MAVEN has achieved a tighter orbit around Mars to act as a telecommunications relay. The two-month campaign began February 11 and ended April 5.
MAVEN’s navigation team slowed the spacecraft down gradually by aerobraking, a process taking advantage of the Martian upper atmosphere to place a small amount of drag on the spacecraft.
“It’s like applying the brakes on a car but instead of brake pads, we used Mars’ atmosphere,” said Stuart Demcak navigation team lead at NASA’s Jet Propulsion Laboratory in Pasadena, California.
During this time, the spacecraft periapsis altitude (lowest altitude of the orbit) lowered from 151 km (94 miles) to about 132 km (82 miles) above the Martian surface. At this altitude, the atmosphere, although extremely thin, is dense enough to provide the small amount of drag on the spacecraft necessary to slow it down. The apoapsis altitude (highest point in orbit) dropped from about 6050 to about 4570 km, an orbit change that improves MAVEN’s availability to support relay communications with NASA’s landers and rovers on the surface of Mars. The orbit period dropped from 4.4 hours to roughly 3.7 hours.
“The final post-aerobraking orbit resulted from an exhaustive series of engineering trade studies that balanced requirements for communications relay, MAVEN’s science mission, fuel expenditure, and synchronization of the orbit to provide communications support for the Mars 2020 landing,” said Russell Carpenter, MAVEN’s deputy project manager.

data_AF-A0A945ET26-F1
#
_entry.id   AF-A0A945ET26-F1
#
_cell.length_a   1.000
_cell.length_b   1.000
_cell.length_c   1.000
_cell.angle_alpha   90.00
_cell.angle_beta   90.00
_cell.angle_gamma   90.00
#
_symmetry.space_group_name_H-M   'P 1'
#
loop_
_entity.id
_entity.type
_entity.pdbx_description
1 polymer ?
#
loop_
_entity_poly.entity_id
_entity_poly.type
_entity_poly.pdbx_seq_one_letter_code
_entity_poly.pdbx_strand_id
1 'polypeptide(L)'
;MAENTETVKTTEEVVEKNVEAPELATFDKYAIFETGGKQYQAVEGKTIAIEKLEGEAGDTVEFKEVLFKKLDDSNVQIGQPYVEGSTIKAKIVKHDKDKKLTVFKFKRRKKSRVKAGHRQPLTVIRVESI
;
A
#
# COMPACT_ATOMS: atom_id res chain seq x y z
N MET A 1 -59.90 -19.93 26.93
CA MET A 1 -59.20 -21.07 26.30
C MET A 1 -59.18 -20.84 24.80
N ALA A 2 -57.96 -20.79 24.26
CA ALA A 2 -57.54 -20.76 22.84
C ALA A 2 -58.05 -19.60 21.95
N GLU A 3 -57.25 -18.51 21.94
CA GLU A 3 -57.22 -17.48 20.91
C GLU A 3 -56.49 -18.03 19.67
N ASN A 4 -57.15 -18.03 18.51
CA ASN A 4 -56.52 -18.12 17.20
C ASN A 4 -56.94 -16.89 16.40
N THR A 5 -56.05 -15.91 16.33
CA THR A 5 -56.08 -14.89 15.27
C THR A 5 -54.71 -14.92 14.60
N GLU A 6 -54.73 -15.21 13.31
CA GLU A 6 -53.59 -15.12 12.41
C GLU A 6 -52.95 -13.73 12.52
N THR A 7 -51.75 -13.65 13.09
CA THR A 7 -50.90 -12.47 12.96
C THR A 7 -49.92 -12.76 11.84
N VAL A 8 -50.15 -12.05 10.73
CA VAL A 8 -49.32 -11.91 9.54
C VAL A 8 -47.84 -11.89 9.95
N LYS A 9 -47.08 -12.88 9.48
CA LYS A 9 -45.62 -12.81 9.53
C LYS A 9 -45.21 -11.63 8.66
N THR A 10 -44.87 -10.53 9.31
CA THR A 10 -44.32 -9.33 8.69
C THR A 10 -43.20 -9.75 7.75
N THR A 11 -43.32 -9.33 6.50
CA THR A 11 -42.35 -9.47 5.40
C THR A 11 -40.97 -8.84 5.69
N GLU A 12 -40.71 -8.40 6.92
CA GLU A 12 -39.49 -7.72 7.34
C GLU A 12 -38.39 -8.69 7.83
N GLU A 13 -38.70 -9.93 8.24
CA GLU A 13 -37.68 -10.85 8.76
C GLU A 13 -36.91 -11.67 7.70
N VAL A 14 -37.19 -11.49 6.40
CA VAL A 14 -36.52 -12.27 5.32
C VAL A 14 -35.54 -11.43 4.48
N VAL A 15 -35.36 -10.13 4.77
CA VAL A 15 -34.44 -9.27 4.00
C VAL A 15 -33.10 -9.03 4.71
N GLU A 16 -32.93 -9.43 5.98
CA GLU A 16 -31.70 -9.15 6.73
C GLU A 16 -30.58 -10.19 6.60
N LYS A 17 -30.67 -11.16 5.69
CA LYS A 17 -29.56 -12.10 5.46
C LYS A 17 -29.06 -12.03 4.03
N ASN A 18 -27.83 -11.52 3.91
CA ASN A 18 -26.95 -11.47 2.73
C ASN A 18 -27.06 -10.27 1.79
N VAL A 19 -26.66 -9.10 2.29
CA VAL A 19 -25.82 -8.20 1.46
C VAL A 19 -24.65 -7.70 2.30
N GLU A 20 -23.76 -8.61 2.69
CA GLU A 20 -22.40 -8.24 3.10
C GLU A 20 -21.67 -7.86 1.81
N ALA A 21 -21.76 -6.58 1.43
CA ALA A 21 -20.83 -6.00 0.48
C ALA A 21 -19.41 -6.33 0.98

Reducing apoapsis about 1,480 kilometers (1,000 miles) closer to the surface allows the MAVEN orbiter to circle Mars more frequently—6.6 orbits per Earth day versus 5.3 previously—and communicate with the Mars rovers more frequently.
“The team worked diligently to prepare for aerobraking and we are enjoying the benefits of those countless hours now” said Nick Sealy, spacecraft aerobraking phase lead
from Lockheed Martin Space in Littleton, Colorado. “This team made aerobraking look easy.”
While not conducting relay communications, MAVEN will continue to study the structure and composition of the upper atmosphere of Mars. MAVEN has enough fuel to operate until at least 2030.
MAVEN’s principal investigator is based at the University of Colorado’s Laboratory for Atmospheric and Space Physics, Boulder, which also leads science operations. NASA’s Goddard Space Flight Center in Greenbelt, Maryland, manages the MAVEN project. Lockheed Martin Space built the spacecraft and is responsible for mission operations. NASA’s Jet Propulsion Laboratory in Pasadena, California, provides navigation and Deep Space Network support, as well as the Electra telecommunications relay hardware and operations.
Nancy Neal Jones, NASA’s Goddard Space Flight Center